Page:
Translated November 1992 by Anthony Smith from the Swedish in Kartofilen 3/92, p23. Revised February 1993 after correspondence with Ali Jerremalm. Edited by John McLeod. The original article spelled the name of the game 'Brus' and this page was originally published under that name, but has been renamed 'Bräus', which seems to be the usual local spelling and avoids confusion with the related Danish card game Brus.

Bräus is unlike other card games in that the players play with unplayable cards! It is played on the Swedish island of Gotland.

A 36 card pack is used, obtained from the ordinary 52 card pack by removing the ranks 2 - 5, but in Bräus the cards are given a new ordering and in some cases new names.

18 cards are called playable cards, ranking from highest to lowest:

JC (Spit), 8S (Dull), KH (Bräus), 9C, 9S, 9H, 9D, AC, AS, AH, AD, JS, JH, JD, 6C, 6S, 6H, 6D.

The sevens act as trick cards when led but are not called playable cards. There is no order of ranking among the sevens. Sevens can neither beat other cards, nor can they be beaten.

The other 14 cards in the pack (three 8s, four 10s, four queens and three kings) are unplayable cards and are unusable, except that the king of clubs is the outcome card, possession of which decides some games which would otherwise be drawn.

Bräus is a partnership game for either two teams of two with partners sitting opposite, or two teams of three with partners alternating.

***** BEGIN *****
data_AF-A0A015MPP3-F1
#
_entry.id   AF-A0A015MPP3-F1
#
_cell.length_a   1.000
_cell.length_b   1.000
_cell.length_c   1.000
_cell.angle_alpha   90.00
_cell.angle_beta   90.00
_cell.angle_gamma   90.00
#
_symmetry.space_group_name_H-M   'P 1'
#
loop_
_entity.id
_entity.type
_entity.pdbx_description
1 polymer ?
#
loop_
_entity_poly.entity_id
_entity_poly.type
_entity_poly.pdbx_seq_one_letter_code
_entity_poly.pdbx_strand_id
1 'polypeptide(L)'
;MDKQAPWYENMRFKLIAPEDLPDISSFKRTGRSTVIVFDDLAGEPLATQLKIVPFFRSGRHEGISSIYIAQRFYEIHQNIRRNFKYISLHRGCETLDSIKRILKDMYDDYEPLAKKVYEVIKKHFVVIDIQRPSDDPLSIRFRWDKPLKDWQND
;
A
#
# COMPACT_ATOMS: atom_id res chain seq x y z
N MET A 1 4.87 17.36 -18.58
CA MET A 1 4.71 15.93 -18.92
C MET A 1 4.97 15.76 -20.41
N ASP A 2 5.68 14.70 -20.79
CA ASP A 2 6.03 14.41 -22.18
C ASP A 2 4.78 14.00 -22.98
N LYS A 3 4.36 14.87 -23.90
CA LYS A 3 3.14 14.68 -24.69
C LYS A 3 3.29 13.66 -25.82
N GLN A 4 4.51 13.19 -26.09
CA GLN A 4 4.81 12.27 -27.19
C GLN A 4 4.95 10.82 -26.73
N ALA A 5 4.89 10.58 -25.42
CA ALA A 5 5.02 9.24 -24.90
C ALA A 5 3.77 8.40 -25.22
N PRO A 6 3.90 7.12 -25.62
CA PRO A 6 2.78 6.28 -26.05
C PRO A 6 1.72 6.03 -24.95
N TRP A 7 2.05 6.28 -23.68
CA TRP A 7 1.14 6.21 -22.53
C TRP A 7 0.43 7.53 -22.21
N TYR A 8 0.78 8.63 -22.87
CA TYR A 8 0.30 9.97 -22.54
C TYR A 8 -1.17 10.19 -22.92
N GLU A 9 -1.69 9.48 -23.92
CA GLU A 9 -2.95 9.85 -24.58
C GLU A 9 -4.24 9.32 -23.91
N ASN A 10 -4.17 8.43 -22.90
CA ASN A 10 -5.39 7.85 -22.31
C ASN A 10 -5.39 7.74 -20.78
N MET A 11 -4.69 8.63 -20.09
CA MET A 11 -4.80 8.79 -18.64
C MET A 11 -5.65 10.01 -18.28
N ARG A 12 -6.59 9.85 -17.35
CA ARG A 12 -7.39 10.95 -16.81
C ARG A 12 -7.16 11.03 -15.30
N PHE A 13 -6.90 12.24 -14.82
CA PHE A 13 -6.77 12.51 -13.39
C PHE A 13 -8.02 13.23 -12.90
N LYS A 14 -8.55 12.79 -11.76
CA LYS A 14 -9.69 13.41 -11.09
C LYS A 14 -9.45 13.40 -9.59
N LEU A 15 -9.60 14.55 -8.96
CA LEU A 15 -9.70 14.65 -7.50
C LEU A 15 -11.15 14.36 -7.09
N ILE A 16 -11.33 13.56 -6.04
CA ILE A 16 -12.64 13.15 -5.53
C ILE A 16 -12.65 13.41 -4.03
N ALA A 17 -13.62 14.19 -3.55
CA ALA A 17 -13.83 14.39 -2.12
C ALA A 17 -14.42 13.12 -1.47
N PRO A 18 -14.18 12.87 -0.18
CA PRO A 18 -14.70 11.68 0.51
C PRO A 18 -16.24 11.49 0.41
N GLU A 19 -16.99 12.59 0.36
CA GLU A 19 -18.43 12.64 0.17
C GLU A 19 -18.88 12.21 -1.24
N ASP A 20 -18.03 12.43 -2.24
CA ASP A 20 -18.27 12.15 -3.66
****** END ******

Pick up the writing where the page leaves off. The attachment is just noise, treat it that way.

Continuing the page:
The dealer shuffles and the player to dealer's right cuts. In the four-handed game each player is dealt 9 cards; in the six player game each player is dealt 6.

Forehand leads first and play then proceeds clockwise. First if forehand has any sevens he lays them on the table. As sevens cannot be beaten, each seven led counts as a trick. Forehand then leads a playable card. Each of the other players in turn must play a higher card if they can. A player who cannot beat the previous card played does not discard but passes (i.e. does not play a card to that trick). When every player has had a chance to play, whoever played the highest card wins the trick. The winner of the trick leads to the next trick, by first playing any sevens he has and claiming them as tricks and then leading a playable card. If a player on lead has no sevens or playable cards left, the turn to lead passes on to the next player in rotation. Notice that because not every player plays to every trick the total number of tricks played may be greater than the number of cards dealt to each player at the start.

Play continues until one team has six tricks, which wins them one point, unless they took the first six tricks in a row in which case they win two points for Jan. If all the playable cards are exhausted and neither team has taken six tricks then a team with five tricks and the outcome card (king of clubs) can count it as their sixth trick and win. Note that since the outcome card is an unplayable card it cannot change hands and remains in the possession of the player who was dealt it. If the game cannot be decided even in this way then there is no score and the same dealer deals again.

This page is maintained by John McLeod (   © John McLeod, 1995. Last updated: 1st October 1995